Fears that Russia may once again block Antarctic marine protections amid ongoing war in Ukraine

New Zealand's Scott Base in Antarctica.
New Zealand's Scott Base in Antarctica. Copyright Anthony Powell/Antarctica New Zealand via AP
By Euronews with AP
Share this articleComments
Share this articleClose Button

Delegations from Russia and Ukraine are among those meeting in Australia this week to decide the future of Antarctica's pristine waters.

ADVERTISEMENT

Concerns are growing that Russia could once again use its veto-like powers to block new marine protected areas and rules to prevent overfishing in Antarctica's waters.

Delegations from Russia and Ukraine are among those meeting in Australia this week to decide the future of Antarctica's pristine waters.

However, tensions within the diverse group of 27, which includes Russia, Ukraine, China, the United States and the European Union, are raising additional challenges.

The two-week meeting, which began on Monday, started with a mass walkout when Russia’s delegates started speaking.

Trying to come to a consensus when two of the members are at war, and with relations between China and many Western nations having strongly deteriorated, is likely to be an even bigger obstacle than usual in the talks.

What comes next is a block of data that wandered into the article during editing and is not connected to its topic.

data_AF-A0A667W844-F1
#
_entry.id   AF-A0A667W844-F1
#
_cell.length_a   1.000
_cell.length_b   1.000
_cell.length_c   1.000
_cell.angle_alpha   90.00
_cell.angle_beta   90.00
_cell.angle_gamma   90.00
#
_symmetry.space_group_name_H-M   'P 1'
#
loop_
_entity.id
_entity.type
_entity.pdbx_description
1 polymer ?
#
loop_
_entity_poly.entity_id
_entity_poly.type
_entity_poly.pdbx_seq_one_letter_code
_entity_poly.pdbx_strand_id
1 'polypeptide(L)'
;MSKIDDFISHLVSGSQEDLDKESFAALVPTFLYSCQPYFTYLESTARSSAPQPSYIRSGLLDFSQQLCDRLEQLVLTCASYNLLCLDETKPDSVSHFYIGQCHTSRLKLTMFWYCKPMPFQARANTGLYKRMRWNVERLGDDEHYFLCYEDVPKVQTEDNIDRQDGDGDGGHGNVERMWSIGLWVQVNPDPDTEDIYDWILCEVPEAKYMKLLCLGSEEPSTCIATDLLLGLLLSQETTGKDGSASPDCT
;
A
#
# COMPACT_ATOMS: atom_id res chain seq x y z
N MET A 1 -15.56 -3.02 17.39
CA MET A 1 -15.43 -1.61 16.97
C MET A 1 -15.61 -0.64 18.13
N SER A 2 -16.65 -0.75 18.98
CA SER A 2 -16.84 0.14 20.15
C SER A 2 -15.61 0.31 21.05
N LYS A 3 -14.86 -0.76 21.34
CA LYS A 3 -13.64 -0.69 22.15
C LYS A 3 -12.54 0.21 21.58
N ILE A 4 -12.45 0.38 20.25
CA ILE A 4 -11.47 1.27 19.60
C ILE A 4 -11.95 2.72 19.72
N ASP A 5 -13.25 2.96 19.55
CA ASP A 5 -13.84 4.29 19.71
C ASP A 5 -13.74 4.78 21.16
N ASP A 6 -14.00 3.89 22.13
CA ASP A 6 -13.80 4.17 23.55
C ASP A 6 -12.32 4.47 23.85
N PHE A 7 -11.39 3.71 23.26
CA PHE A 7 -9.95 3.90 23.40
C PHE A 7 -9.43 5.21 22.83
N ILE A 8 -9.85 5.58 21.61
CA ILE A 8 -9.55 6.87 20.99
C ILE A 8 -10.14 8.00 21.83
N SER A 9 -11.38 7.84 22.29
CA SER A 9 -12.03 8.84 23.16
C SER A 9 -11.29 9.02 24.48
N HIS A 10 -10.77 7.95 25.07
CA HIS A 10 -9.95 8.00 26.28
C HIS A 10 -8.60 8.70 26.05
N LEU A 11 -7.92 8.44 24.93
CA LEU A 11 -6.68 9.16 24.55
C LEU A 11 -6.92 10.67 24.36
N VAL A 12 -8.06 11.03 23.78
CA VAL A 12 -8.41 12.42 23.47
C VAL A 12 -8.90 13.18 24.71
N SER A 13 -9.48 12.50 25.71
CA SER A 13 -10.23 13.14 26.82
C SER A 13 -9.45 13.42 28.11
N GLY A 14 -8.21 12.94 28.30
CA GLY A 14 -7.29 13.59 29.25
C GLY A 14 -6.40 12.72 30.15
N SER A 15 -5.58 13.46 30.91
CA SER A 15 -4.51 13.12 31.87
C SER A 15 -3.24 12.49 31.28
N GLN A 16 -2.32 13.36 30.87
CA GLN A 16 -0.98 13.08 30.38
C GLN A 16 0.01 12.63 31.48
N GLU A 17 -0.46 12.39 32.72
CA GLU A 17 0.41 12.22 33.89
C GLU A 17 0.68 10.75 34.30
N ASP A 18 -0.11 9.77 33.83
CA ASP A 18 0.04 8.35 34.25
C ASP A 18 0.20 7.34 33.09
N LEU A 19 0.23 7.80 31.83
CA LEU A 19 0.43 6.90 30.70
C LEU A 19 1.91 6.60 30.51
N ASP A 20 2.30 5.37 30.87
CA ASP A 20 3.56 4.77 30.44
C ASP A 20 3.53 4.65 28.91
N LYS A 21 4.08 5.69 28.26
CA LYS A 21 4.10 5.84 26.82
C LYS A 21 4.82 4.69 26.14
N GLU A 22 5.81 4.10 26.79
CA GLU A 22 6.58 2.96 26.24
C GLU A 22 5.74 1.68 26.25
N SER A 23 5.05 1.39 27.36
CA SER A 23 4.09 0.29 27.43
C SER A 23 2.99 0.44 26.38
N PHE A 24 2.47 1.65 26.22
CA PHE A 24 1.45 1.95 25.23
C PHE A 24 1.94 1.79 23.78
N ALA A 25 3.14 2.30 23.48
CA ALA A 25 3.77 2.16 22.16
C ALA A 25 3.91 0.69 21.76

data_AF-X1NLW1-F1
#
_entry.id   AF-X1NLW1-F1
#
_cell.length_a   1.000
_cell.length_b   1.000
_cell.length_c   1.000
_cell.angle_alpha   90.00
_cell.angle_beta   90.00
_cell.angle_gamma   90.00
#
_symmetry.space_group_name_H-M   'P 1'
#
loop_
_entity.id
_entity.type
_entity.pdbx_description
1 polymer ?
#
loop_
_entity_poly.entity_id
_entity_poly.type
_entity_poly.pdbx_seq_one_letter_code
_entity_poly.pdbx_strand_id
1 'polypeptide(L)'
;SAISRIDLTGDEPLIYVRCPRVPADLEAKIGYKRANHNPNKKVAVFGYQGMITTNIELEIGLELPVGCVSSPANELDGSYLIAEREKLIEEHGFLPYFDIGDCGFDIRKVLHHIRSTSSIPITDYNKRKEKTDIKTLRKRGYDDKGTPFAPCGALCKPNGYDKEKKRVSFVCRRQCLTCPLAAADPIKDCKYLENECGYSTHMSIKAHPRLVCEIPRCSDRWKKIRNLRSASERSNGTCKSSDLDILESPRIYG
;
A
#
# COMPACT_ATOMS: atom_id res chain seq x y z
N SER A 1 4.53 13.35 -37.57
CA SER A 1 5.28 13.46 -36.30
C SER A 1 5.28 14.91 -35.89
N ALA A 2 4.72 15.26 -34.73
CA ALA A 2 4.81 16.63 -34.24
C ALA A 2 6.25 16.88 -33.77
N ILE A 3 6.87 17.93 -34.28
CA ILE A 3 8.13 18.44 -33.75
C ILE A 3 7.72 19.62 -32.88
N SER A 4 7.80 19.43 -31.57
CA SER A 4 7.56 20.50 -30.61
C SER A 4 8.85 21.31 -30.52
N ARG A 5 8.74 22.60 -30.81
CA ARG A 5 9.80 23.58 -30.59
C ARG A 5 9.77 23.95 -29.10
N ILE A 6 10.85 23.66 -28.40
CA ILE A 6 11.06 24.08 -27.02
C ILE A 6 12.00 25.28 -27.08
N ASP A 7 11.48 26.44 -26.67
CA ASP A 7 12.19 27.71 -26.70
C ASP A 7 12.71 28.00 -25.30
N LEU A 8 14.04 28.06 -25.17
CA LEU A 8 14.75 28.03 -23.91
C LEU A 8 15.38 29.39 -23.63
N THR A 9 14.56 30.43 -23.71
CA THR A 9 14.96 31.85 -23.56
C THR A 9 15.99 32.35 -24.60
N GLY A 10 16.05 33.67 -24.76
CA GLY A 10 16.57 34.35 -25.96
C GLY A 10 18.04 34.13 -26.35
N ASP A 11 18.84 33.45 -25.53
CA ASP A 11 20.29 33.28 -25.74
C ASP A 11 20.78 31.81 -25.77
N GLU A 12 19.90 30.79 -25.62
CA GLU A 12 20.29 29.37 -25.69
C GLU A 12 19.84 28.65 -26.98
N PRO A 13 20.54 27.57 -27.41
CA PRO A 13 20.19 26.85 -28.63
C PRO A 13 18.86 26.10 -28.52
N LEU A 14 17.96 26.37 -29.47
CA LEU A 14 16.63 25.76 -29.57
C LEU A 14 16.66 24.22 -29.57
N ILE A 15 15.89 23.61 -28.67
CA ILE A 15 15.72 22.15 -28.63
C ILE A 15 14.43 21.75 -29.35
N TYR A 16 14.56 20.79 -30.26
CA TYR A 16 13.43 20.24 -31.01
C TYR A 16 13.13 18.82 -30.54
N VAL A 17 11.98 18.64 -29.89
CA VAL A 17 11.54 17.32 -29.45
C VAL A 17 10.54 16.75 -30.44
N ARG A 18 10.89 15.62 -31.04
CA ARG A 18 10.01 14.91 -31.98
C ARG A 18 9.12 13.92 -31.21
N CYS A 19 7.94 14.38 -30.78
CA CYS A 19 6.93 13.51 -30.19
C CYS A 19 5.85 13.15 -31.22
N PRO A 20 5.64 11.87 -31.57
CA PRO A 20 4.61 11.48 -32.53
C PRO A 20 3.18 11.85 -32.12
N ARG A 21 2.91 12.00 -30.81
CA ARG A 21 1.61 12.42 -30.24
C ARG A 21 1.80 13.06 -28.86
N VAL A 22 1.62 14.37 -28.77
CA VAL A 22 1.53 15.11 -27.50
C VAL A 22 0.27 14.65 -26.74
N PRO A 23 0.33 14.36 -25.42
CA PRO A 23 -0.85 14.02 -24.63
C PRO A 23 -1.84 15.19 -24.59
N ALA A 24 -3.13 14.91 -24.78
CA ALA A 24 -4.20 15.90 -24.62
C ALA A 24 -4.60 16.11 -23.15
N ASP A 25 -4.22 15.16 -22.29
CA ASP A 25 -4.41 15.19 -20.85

Russian bombing in Ukraine's capital, Kyiv, this month partially destroyed Ukraine's Antarctic research centre.

Ukraine is trying to rebuild the centre, but ongoing drone attacks were making it difficult, said Kostiantyn Demianenko, who is leading the Ukrainian delegation.

Even so, some remain hopeful that scientific arguments will win through. The US is paying more attention to the region under President Joe Biden, and this year has sent a relatively high-level delegation led by Monica Medina, an assistant secretary in the State Department, reports The Associated Press.

In an interview with AP, Medina said Antarctica was “a really fragile, crumbling part of the planet that needs all our help to withstand the challenges we face with climate change.”

The meeting is the first in-person gathering of the Commission for the Conservation of Antarctic Marine Living Resource in three years, after the Covid-19 pandemic kept meetings online.

Share this articleComments

You might also like

China's coast guard to ramp up patrols near Taiwan's Kinmen archipelago after two fishermen die

Antarctica: Latest report says melting sea ice 'not yet irreversible'

Iceland resumes fin whale hunting to dismay of animal welfare groups